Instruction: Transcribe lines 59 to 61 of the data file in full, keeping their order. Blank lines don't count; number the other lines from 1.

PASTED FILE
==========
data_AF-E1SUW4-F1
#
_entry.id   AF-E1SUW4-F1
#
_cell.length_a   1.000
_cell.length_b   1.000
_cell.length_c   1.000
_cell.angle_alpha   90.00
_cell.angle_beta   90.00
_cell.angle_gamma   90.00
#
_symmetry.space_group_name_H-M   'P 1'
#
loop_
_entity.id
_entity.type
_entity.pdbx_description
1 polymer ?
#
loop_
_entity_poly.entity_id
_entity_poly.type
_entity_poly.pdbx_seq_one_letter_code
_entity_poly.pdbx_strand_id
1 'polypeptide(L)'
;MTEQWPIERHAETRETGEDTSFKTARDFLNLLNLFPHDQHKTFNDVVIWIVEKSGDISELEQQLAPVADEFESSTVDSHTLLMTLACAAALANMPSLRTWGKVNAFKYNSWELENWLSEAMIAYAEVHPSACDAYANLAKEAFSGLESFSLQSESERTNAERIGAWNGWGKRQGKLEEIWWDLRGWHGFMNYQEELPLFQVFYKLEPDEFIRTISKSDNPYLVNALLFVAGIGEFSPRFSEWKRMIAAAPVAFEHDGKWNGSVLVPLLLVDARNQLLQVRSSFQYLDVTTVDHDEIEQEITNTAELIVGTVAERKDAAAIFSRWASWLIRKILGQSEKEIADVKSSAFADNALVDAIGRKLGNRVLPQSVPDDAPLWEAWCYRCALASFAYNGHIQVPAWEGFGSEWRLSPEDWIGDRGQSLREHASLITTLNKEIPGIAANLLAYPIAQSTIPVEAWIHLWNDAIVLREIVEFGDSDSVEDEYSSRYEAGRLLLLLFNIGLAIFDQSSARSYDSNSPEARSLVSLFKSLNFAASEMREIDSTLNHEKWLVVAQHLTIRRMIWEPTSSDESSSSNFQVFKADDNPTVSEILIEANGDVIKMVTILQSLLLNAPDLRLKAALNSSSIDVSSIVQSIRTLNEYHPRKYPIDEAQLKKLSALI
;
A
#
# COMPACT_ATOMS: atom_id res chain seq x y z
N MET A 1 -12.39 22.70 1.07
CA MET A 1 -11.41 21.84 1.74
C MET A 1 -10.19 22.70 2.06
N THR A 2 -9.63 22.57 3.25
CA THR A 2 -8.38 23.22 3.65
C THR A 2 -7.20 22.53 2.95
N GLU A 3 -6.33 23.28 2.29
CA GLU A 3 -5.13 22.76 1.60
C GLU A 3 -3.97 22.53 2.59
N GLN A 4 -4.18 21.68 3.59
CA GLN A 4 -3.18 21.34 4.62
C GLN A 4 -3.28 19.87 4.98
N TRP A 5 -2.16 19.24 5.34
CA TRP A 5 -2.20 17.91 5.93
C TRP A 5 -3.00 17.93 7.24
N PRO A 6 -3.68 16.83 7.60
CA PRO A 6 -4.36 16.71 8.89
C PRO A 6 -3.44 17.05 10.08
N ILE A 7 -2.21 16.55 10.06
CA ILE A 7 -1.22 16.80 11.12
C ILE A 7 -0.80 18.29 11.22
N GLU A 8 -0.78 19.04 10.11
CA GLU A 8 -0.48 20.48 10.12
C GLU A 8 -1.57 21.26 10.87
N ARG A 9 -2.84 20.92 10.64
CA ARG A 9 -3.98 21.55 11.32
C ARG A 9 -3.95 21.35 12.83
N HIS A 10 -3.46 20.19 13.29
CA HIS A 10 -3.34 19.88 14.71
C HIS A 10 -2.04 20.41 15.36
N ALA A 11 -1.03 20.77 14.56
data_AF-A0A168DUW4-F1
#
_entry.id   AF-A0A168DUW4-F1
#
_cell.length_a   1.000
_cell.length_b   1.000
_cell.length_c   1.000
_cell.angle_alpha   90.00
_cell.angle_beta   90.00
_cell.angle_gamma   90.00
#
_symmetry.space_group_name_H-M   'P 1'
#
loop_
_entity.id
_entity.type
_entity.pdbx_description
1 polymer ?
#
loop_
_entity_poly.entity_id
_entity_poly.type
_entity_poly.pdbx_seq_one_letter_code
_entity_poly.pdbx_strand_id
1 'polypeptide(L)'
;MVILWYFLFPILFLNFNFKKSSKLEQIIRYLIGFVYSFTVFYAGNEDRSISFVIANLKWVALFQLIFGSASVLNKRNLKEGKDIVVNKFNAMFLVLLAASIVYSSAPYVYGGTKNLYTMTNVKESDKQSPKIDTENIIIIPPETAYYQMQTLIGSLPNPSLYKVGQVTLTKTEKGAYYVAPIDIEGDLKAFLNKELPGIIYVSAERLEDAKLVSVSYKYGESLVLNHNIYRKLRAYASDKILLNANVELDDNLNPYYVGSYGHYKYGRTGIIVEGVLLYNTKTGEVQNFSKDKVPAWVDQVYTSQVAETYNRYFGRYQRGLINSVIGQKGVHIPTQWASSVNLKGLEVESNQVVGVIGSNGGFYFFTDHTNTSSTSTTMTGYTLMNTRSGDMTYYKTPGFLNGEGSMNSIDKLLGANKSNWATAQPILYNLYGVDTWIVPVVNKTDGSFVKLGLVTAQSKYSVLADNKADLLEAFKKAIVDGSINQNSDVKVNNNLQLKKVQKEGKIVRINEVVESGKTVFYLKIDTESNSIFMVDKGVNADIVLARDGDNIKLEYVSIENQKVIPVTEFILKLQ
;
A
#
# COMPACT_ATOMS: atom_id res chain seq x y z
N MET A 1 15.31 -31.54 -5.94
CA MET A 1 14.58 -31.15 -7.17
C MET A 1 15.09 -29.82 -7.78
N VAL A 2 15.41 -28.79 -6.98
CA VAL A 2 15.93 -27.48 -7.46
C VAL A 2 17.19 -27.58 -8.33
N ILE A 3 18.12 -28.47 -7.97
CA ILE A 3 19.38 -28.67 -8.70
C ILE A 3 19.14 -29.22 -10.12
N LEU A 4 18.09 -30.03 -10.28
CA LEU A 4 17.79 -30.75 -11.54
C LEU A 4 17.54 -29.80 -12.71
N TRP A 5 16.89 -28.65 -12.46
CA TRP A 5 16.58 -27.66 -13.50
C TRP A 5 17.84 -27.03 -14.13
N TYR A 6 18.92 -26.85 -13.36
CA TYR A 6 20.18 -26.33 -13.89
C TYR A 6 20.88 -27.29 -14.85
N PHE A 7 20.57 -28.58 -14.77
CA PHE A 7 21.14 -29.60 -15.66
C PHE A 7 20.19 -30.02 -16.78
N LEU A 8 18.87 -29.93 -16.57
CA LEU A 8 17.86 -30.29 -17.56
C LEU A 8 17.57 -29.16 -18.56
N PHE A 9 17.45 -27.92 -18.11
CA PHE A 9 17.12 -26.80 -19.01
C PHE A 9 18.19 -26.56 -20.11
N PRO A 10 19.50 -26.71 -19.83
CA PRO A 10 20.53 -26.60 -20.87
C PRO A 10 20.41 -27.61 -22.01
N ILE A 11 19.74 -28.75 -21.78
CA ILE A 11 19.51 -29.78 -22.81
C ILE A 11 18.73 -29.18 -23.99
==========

CA HIS A 10 -3.34 19.88 14.71
C HIS A 10 -2.04 20.41 15.36
N ALA A 11 -1.03 20.77 14.56